In a split vote Monday evening, the Hall County School Board turned down a proposal to offer school district employees a one-time payment for getting vaccinated against COVID-19.
Board Chairman Craig Herrington, Vice Chair Nath Morris and Board Member Mark Pettitt all said they believed in vaccination as a way to combat the spread of COVID, but each one said he opposed incentivizing the vaccine.
"I've read more medical information than I ever wanted to look at," Herrington said prior to the vote, acknowledging that the vaccine was not perfect and that he had heard evidence of breakthrough cases of the virus among the vaccinated population. "But, all the numbers of all the stuff I've read show you are less likely to get it [COVID] if you have had a vaccination. With that said, I do not agree with spending money to pay someone to get a vaccination."
Morris said his initial thought was that the incentive would be a good thing to do, but he changed his mind.
"Would it really move the needle? We need something to move the needle, and hopefully today's [FDA] approval of [the] Pfizer [vaccine] might help some people get over that hump," Morris said, also pointing out that what he has seen motivate those who are vaccine-hesitant is experiencing the death of a loved one from COVID.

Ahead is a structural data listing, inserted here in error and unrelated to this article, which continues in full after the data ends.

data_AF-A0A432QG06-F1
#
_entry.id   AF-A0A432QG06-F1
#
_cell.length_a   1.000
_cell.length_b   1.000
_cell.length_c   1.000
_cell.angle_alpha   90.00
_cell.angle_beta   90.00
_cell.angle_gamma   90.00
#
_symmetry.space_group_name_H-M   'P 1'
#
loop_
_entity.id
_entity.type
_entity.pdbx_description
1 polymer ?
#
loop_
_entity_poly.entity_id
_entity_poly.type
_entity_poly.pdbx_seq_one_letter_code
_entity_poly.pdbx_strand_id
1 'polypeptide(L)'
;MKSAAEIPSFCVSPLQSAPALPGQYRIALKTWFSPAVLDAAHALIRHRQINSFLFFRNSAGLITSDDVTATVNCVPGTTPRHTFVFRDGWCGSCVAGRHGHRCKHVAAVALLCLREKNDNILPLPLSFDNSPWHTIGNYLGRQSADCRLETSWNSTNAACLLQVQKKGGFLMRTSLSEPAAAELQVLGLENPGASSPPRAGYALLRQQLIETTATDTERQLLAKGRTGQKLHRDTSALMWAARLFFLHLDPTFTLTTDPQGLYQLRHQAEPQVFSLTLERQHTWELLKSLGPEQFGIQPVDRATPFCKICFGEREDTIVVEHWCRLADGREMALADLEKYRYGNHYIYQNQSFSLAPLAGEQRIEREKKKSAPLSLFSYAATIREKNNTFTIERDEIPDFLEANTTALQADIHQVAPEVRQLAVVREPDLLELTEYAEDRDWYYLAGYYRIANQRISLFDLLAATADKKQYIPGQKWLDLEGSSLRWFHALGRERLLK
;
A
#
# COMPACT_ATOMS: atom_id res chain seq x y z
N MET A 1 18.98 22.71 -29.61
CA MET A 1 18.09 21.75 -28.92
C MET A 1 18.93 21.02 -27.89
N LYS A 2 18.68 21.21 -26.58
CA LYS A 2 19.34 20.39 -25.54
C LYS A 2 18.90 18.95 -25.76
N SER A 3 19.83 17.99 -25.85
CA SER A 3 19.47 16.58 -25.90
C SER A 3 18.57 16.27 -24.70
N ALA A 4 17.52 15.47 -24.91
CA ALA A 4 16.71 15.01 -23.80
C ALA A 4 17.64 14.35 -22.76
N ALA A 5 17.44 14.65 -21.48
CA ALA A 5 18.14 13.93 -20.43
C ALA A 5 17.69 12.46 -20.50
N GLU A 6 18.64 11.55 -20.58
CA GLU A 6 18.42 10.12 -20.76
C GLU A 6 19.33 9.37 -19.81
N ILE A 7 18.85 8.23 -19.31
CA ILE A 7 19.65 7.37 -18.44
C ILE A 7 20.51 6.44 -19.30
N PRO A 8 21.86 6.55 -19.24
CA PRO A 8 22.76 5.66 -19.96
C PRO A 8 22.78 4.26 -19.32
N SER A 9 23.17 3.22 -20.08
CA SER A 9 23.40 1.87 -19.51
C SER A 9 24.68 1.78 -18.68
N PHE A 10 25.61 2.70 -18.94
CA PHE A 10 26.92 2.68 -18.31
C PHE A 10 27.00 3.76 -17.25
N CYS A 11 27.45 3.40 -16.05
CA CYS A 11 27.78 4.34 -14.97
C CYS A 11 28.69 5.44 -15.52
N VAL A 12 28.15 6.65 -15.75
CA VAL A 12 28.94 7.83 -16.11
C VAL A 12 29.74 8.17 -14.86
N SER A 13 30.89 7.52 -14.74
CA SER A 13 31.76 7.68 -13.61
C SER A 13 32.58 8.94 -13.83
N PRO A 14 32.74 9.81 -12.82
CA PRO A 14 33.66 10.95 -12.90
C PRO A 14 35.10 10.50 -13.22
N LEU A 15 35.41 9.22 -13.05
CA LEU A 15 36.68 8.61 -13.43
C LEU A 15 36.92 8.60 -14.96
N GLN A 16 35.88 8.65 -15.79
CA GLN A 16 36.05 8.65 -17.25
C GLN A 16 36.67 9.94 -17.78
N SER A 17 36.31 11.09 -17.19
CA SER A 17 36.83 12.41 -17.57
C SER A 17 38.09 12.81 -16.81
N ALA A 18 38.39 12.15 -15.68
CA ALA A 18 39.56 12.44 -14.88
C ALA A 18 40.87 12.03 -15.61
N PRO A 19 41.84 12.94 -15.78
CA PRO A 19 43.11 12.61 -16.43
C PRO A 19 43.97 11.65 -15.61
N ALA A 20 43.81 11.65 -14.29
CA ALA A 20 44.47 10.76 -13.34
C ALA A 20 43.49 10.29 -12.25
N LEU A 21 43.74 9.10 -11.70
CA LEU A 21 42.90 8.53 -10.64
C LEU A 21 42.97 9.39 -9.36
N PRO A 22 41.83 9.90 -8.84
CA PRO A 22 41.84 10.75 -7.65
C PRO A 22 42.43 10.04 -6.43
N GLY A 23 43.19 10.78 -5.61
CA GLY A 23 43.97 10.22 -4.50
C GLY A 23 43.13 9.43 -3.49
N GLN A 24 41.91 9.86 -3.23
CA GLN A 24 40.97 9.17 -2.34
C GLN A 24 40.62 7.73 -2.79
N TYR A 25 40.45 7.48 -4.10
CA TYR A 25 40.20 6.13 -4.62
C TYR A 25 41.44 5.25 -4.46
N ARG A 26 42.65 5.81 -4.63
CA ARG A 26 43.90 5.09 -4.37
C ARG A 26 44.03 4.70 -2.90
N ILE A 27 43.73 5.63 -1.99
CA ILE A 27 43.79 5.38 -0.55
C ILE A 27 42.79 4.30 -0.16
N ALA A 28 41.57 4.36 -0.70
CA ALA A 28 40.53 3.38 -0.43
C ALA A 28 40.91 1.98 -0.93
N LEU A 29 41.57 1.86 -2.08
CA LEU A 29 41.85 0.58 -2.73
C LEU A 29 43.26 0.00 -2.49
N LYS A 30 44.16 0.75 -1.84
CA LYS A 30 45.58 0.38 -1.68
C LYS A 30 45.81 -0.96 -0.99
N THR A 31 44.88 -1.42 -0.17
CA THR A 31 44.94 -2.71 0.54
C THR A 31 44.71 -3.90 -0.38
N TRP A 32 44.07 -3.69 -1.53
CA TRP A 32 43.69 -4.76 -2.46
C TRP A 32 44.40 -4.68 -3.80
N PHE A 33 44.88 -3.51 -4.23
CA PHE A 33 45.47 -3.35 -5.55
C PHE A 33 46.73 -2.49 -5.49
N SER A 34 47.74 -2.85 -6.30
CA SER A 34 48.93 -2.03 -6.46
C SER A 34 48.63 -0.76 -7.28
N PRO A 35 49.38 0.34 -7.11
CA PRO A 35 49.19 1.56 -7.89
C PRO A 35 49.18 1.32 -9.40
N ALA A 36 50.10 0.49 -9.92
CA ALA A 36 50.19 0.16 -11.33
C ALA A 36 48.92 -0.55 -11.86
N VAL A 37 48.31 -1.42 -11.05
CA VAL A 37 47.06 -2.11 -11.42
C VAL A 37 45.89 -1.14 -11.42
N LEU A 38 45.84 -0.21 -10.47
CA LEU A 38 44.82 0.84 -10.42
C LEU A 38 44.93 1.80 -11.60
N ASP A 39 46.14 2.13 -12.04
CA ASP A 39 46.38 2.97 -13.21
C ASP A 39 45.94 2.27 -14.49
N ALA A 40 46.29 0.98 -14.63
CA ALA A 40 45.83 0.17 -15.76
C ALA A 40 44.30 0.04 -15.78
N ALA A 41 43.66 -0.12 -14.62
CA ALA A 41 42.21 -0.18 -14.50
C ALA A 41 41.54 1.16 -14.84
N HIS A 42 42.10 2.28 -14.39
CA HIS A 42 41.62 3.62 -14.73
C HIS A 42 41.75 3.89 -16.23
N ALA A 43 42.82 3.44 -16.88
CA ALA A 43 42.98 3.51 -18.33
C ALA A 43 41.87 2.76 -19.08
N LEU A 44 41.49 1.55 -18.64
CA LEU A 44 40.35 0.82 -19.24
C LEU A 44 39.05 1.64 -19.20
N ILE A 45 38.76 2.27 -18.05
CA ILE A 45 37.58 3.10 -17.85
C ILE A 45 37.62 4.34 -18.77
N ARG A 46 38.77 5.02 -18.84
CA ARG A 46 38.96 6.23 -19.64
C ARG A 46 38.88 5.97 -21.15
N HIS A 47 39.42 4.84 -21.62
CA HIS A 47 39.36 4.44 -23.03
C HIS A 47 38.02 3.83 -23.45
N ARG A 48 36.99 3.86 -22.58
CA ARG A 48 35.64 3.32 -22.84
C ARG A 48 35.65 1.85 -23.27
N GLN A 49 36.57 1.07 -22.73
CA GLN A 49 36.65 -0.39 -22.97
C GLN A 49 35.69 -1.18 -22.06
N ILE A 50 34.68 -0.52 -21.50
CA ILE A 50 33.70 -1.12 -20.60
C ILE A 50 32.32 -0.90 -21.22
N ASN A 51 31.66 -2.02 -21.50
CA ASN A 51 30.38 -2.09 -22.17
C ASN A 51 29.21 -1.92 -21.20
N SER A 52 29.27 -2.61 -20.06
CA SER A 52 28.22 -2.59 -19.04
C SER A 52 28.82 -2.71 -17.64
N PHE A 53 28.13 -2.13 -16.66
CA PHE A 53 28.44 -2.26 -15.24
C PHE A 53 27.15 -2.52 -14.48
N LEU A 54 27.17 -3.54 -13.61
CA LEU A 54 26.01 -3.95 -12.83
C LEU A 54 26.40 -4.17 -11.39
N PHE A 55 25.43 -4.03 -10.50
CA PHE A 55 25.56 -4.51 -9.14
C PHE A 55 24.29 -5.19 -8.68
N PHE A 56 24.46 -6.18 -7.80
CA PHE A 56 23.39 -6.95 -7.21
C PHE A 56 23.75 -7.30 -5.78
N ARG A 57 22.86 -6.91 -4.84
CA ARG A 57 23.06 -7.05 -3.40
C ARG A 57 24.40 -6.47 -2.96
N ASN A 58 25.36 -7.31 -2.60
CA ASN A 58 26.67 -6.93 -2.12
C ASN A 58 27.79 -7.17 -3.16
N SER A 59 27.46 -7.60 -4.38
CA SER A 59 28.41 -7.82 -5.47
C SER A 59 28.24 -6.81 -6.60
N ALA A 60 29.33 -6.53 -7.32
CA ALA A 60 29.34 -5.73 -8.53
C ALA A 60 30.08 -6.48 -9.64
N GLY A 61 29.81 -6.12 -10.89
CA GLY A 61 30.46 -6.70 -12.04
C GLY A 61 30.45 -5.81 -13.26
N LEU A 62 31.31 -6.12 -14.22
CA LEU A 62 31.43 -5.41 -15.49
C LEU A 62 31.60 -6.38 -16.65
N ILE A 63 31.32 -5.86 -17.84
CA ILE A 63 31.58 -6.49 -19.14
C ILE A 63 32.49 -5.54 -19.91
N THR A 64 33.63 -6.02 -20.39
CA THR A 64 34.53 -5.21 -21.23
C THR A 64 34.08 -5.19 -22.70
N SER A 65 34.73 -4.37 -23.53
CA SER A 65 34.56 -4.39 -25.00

"I know people that this has happened to," Morris said. "And their spouse before was saying 'I'm not going to get the vaccine' and are now saying to people 'Please, get the vaccine.'"
Board members Sam Chapman and Bill Thompson voted in favor of the incentive, although both said they were opposed in principal to paying someone to make a medical decision.
"Personally, I don't like the idea of paying," Chapman said. "But, on the other side, if there's an incentive out there that will save one life, I'm all for it. I'm not against it."
Prior to the vote, Superintendent Will Schofield said he knew board members might be opposed to the idea of incentivizing a medical decision, but he reminded them of the rapid spread of cases through the school district - an additional 100 for Monday - and the hope that vaccinated adults could help stem the spread.
"I appreciate the way you continue to model that it is possible to disagree about issues without being disagreeable," Schofield said.
Several parents addressed the board at the end of the evening about their ongoing concerns for children during the pandemic, each speaking out against masking for students and several discussing what they felt to be the hazards of vaccination.